Is This The End For America’s Mom-And-Pop Stores?

Source: Fast Company

This article is a part of my Best Reads of the Month section on my website www.mikegorlon.com. Each month I pick one or two articles or blog posts that I find on the internet which I thought were really insightful, interesting or moving. Then I share them with you. You can view the previous month’s articles by going to: https://www.mikegorlon.com/best-reads-of-the-month

August 2020: Is This The End For America’s Mom-And-Pop Stores?

Coronavirus has continued to ravage small businesses across the United States, including town favorites such as 38-year-old toy store The Dragon’s Nest in Newburyport, Massachusetts.

This Financial Times article (might be behind a paywall but if you google “is this the end for America’s mom-and-pop-stores”, then click on the article and answer some survey questions from Google then you should be able to read it) tells the story of a mom-and-pop toy store and the challenges local businesses face during coronavirus.

In addition to threats from online competition like Amazon and coronavirus, The Dragon’s Nest also faces economies-of-scale challenges that big companies like Walmart have but small businesses don’t. For example, Legos are a favorite toy for kids to play with but the manufacturer of legos, The Lego Group, requires a minimum order of $15,000 per year which can be a lot of capital for a small toy store to have tied up in a year for just one toy.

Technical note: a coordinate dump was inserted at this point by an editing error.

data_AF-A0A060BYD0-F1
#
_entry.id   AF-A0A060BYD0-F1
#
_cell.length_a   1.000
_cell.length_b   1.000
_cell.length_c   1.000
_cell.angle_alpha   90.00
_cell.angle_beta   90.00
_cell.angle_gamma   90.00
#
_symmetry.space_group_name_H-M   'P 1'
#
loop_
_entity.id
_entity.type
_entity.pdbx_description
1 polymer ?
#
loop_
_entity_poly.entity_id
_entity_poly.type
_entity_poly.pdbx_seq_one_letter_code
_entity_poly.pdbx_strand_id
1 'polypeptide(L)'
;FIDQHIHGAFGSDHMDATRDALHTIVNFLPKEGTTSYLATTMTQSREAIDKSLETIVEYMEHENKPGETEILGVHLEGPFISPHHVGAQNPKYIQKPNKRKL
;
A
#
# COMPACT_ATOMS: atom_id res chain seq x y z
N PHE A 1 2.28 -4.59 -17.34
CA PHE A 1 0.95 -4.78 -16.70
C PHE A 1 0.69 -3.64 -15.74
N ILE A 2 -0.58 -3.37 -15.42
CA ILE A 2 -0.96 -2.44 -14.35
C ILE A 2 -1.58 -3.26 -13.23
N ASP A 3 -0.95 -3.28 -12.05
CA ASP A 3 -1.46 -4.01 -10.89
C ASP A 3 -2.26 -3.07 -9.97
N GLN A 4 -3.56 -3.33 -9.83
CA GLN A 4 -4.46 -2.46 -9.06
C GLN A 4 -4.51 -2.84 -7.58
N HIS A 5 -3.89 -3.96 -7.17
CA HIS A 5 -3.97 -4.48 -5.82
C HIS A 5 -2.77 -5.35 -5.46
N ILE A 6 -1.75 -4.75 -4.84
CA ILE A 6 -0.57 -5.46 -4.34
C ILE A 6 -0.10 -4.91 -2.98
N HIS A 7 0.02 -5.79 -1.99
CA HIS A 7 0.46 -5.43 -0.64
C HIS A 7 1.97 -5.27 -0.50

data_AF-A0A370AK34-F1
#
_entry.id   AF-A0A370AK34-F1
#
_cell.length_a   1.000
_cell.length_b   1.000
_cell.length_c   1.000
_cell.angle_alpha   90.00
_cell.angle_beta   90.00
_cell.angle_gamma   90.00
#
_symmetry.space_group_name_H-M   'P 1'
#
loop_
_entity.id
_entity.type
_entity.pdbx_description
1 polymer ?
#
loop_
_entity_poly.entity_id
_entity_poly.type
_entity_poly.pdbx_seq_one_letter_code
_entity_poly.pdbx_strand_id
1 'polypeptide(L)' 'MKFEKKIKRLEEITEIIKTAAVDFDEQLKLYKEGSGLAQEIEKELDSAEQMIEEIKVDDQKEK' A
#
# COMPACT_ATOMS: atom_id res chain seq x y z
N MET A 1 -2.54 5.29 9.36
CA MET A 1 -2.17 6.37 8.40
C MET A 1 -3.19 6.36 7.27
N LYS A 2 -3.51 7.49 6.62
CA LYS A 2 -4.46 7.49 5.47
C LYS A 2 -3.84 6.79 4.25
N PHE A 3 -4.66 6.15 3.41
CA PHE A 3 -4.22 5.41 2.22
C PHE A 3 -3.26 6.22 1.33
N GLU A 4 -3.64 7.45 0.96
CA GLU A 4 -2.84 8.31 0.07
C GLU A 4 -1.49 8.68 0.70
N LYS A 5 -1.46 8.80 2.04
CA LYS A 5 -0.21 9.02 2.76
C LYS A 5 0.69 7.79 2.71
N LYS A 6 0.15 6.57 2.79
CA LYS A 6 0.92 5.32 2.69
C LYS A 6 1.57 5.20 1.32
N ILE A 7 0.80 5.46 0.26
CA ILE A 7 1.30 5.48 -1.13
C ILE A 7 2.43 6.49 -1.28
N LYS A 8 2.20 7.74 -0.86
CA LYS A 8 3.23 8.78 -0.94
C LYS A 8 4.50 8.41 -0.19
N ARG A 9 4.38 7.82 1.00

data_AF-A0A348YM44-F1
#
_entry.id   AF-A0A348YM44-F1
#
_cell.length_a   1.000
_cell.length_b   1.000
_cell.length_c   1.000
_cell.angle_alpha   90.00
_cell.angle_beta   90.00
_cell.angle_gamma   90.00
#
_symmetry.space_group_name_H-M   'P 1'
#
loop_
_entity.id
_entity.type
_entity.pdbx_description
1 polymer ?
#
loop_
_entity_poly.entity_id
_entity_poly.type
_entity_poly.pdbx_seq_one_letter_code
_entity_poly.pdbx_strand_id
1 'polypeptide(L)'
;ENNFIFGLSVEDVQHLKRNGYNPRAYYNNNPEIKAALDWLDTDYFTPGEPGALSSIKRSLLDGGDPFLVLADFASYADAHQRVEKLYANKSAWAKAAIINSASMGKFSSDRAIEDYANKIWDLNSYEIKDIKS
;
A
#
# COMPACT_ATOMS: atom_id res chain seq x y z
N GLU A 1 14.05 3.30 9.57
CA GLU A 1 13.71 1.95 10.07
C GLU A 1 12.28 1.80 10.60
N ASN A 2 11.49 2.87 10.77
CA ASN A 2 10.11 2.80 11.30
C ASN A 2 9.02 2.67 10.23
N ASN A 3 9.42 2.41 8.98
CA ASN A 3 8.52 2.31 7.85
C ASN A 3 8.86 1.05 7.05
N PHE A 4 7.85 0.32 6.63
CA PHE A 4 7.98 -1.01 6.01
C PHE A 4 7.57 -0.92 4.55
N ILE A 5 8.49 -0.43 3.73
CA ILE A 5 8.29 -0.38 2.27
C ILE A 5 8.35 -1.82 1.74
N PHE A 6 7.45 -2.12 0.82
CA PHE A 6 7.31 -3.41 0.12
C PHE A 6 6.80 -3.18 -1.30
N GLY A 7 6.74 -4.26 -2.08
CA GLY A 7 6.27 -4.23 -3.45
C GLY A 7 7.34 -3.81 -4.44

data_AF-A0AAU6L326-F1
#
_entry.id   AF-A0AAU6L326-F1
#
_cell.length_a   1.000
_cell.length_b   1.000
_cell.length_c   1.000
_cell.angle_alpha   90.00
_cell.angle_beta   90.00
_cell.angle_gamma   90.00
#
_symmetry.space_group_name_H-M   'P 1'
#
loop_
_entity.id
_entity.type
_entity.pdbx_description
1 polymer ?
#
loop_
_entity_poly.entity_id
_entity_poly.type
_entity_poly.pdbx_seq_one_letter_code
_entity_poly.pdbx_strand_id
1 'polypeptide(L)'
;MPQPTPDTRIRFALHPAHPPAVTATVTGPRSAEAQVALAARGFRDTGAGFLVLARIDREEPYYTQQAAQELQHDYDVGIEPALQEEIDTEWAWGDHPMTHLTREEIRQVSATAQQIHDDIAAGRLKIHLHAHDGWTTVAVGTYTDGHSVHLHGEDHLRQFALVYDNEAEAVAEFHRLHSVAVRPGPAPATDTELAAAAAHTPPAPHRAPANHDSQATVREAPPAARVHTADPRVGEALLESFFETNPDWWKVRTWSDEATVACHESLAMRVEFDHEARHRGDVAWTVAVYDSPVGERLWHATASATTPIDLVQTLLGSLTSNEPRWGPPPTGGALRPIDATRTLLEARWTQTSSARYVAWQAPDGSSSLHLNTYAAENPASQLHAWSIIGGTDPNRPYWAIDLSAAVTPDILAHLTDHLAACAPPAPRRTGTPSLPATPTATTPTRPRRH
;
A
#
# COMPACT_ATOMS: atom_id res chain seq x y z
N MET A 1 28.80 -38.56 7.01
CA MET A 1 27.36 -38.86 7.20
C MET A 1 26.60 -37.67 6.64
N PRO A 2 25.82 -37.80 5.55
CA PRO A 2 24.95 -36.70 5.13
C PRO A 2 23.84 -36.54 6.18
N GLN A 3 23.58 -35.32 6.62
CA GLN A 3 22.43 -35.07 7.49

There have been many small businesses who have survived many recessions including the Great Recession but the coronavirus unfortunately has been too much to bear from all kinds of small businesses ranging from toy stores to restaurants to barber shops.

Big corporations have already had big advantages over small businesses for reasons such as economies of scale but another big advantage that has come to be of paramount importance during the coronavirus recession has been access to capital. It’s been very difficult for small businesses to get access to affordable capital, yet alone any capital at all, and this will likely continue to push the US economy into a continuing trend of a smaller percentage of small businesses compared to big chains.

Source: Financial Times

Article link: https://www.ft.com/content/92427a94-ee5e-486c-9f6b-9e11e8362f41

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Accountant, part-time investor, reader, blogger. I use this platform to improve my thinking and writing. www.mikegorlon.com

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Mike Gorlon

Mike Gorlon

Accountant, part-time investor, reader, blogger. I use this platform to improve my thinking and writing. www.mikegorlon.com

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